One of the mysteries of the English language finally explained.
Treatment that is not scrupulously fair or in accordance with the law.
- ‘These days it seems you don't have to look very far to find someone handing out pitchforks and torches and organizing a mob to administer rough justice on some bar.’
- ‘But there seems a kind of rough justice in his being forced to arbitrate between Satan and God in a diabolical chat show and, for all its shock and schlock tactics, the show implies that TV has a moral responsibility.’
- ‘The overall American legal framework was reinterpreted and adapted to fit the exigent circumstances, and rough justice was often the result.’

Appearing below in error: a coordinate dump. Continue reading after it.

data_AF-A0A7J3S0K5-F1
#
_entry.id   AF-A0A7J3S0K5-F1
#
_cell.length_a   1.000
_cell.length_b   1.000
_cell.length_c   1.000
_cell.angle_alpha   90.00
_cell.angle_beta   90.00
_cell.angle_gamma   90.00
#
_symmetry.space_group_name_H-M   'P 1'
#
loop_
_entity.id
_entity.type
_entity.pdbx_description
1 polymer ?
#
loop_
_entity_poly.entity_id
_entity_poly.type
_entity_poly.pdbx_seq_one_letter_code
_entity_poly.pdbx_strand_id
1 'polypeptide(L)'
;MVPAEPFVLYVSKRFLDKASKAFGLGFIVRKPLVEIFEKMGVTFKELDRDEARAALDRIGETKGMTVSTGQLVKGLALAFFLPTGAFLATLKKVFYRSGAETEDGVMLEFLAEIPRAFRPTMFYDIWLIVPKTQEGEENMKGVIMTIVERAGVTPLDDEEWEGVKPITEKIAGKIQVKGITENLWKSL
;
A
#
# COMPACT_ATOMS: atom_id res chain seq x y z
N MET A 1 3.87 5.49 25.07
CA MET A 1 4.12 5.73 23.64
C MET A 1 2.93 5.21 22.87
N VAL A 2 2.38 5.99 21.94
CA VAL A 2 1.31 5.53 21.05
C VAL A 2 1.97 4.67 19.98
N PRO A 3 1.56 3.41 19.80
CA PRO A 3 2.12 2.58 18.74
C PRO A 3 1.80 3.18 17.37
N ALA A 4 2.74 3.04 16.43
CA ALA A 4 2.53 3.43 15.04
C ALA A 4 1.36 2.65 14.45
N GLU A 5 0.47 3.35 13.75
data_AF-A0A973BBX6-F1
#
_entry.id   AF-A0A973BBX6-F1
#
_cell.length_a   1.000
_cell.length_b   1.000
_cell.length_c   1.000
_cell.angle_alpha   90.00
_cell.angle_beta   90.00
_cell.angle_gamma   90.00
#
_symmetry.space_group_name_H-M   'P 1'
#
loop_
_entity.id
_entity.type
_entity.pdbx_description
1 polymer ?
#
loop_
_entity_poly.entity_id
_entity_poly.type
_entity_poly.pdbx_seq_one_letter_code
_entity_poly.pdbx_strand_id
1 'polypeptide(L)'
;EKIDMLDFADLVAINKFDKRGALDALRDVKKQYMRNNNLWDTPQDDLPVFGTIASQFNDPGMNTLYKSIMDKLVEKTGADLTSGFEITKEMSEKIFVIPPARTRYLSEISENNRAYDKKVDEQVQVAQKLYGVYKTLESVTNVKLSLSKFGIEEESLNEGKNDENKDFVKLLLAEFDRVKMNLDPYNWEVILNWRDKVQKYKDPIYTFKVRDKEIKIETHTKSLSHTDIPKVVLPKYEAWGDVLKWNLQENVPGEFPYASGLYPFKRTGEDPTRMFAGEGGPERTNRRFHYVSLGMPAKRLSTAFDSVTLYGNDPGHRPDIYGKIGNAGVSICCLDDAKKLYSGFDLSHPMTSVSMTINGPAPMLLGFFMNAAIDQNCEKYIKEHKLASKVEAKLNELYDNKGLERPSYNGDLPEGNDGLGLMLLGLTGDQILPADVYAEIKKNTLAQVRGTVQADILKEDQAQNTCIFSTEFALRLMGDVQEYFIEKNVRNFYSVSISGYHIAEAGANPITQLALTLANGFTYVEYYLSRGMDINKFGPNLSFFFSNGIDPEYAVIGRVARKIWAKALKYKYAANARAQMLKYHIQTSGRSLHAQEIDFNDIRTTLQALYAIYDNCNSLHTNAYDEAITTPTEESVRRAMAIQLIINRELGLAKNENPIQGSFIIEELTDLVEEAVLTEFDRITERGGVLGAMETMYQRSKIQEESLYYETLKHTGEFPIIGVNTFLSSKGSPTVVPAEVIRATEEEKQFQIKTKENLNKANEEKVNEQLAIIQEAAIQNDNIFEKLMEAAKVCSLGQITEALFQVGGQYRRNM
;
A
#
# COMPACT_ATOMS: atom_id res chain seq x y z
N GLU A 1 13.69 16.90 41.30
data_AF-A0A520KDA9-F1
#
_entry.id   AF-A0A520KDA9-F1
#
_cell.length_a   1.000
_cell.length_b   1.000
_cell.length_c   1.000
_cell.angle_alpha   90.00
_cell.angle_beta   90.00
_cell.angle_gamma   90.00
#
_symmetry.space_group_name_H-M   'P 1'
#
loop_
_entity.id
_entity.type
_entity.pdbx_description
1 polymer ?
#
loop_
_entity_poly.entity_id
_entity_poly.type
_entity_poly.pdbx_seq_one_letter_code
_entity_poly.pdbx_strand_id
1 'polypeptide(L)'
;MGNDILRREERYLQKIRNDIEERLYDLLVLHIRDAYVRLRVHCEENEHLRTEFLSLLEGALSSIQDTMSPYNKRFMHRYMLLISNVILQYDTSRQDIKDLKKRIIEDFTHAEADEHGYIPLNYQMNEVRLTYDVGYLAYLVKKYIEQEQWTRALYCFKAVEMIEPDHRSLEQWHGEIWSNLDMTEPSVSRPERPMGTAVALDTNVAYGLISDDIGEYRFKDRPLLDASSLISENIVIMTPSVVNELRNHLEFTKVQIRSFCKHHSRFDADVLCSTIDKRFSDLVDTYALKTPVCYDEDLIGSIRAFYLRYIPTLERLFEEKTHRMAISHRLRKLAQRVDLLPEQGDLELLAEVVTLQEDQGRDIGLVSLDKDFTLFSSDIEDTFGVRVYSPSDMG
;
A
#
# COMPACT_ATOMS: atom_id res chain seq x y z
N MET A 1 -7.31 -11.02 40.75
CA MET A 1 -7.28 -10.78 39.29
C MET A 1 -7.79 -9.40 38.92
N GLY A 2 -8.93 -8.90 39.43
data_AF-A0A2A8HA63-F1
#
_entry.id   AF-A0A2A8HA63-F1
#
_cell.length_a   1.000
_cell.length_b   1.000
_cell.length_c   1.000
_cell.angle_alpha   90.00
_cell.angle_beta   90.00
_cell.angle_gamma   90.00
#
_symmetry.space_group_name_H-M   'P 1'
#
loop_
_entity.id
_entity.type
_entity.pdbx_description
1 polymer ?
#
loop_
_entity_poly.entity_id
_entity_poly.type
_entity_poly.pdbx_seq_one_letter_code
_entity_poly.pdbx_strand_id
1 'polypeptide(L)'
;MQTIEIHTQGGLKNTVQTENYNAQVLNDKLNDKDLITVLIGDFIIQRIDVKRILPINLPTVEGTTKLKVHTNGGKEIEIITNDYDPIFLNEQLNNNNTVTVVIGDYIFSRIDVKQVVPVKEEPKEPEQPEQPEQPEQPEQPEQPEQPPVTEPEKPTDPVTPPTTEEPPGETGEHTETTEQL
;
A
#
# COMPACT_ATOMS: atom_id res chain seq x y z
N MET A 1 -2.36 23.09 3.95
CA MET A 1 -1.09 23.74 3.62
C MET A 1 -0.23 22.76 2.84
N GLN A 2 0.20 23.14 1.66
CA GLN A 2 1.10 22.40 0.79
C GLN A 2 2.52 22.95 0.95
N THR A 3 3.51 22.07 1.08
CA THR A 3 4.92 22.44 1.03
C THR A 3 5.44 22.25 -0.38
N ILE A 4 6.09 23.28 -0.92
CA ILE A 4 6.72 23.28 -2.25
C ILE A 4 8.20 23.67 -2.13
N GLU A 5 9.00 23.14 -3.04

- ‘But if that's what happened in these cases, it's at least rough justice.’
- ‘It's rough justice, but justice all the same, from a certain point of view.’
- ‘Such rough justice is popular, but it is hardly an ideal atmosphere in which to persuade people to in effect sign up voluntarily for the sex offenders’ register.’
- ‘Yet comparing price-sales ratios offers a couple of advantages: First, it exacts a kind of rough justice, just the sort the market has been meting out lately.’
- ‘It is rough justice, but with a sound foundation.’
- ‘But in the meantime, it's hard to feel too bothered when the Internet community's long-established tradition of dispensing its own rough justice means that the world has one less spam king.’
- ‘The problem with such a proactive system of justice is that it is prone to rough justice.’
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